Friday, September 26, 2014

Steve Miller campaigns for 2nd term

District 26-A representative talks economic and educational initiatives for Idaho

Express Staff Writer

Rep. Steve Miller, R-Fairfield, is seeking a second term in the Idaho House of Representatives. Courtesy photo

     Part of a series on candidates running for county and state elected offices.

     State Rep. Steve Miller, R-Fairfield, is hoping for another go in the Legislature come January. Challenger Dick Fosbury is vying for Miller’s District 26-A seat on the Democratic ticket. District 26 encompasses Blaine, Camas, Lincoln and Gooding counties.

     Miller, 64, was born in Wendell and comes from a long line of Idahoan homesteaders. He has a lengthy public service résumé, including Camas County commissioner, Camas County Planning and Zoning commissioner and National Association of Conservation Districts officer and representative. Miller and his family own and manage a ranch east of Fairfield. He’s been the District 26-A state representative to the Legislature since 2012.

     Miller said his six years as Camas County commissioner opened his eyes to the real-life application of statewide legislation and inspired him to seek higher government positions.

     Miller’s ideas for the upcoming legislative session focus on economic revitalization and educational initiatives. In an interview, he spoke of the “brain drain” statewide in which skilled Idaho laborers take the expertise they mastered in Idaho and vie for out-of-state jobs.

     “We’re working hard to be able to get kids into areas where they can come back and work in Idaho,” he said.

     Career counseling and focused curriculums in Idaho schools, Miller said, can point Idaho students in the right vocational direction early on.

     Miller said creating a vital workforce in Idaho means enticing new businesses that need a strong labor force. He cited the Chobani Yogurt manufacturing plant in Twin Falls as an example of an Idaho success story. The million-square-foot plant, which opened in 2012, is the world’s largest yogurt manufacturing center to date, according to the Chobani website.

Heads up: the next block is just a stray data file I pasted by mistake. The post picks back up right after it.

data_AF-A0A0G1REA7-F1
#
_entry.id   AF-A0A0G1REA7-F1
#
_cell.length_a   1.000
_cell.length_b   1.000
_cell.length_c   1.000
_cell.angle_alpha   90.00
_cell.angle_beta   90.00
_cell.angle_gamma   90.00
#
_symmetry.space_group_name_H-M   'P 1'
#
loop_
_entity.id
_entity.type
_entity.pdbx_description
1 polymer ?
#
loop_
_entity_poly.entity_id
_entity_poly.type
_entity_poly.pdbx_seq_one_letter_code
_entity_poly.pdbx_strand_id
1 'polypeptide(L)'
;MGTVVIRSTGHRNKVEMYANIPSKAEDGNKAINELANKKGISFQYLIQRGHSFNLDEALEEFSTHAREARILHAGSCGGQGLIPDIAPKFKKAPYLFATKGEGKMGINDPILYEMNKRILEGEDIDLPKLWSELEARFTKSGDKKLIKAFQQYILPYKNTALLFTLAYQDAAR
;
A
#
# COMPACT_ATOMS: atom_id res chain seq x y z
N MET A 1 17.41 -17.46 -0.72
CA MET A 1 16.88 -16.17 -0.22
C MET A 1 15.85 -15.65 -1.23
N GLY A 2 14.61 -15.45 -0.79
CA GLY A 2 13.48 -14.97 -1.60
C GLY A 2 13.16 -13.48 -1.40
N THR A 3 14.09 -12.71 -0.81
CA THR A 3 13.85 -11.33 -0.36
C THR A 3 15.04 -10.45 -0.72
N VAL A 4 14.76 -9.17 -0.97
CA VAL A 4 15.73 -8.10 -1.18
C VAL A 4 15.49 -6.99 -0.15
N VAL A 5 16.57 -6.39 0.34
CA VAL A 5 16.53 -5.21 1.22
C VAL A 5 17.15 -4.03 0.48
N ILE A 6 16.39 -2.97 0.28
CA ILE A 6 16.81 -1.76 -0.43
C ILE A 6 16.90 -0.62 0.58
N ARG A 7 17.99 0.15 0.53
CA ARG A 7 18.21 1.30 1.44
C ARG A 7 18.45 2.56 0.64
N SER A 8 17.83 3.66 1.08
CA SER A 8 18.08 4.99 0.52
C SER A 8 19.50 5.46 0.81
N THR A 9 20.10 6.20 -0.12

“The city and county of Twin Falls really got together and cut the red tape,” Miller said, in reference to the speedy plant construction—the facility was completed in less than a year.

     Miller pointed to positive economic changes within the Legislature this past session, including the Idaho Reimbursement Incentive Act. Beginning July 1, the act creates a refundable tax credit for new and existing businesses that agree to take on more employees.

     Miller said that forging connections between Idaho students and the workforce is an important legislative step. Education funding, which was bumped back up to 2008 levels this past legislative session, should continue to be increased as the economy improves, he said.

     “We’re making progress on getting our students educated to degrees and abilities that meet the need of business and workforce [demands],” Miller said. “Software engineers are at a high demand in Idaho. Part of the process is just letting kids know what’s available.”

     Regarding Gov. Butch Otter’s desire to explore the acquisition of federal land in the state, Miller said he doesn’t see that happening anytime soon, though he said an increased state role in managing the land is a possibility worth exploring. He said unmanaged federal lands present a fire hazard, and state management could clean up acreage, lessen the brushfire risk and become an economic opportunity in terms of timber harvest.

     “State lands have less fires than [those that are federally managed],” Miller said.

     Miller said last year’s fires had a negative effect on streams and fisheries in terms of erosion, and proper forestry management practices could curb future hazards.

     Miller is also on board with Otter’s Wolf Depredation Control Board. He said the federal government “abandoned” its promise to control the wolf population when gray wolves were reintroduced to Idaho in the mid-1990s.

     “When you get a species that has no natural predator, it’ll just take over things,” he said.

     Miller advocates an alternative to the Affordable Care Act, which he said “turned things upside-down in terms of insurance.”


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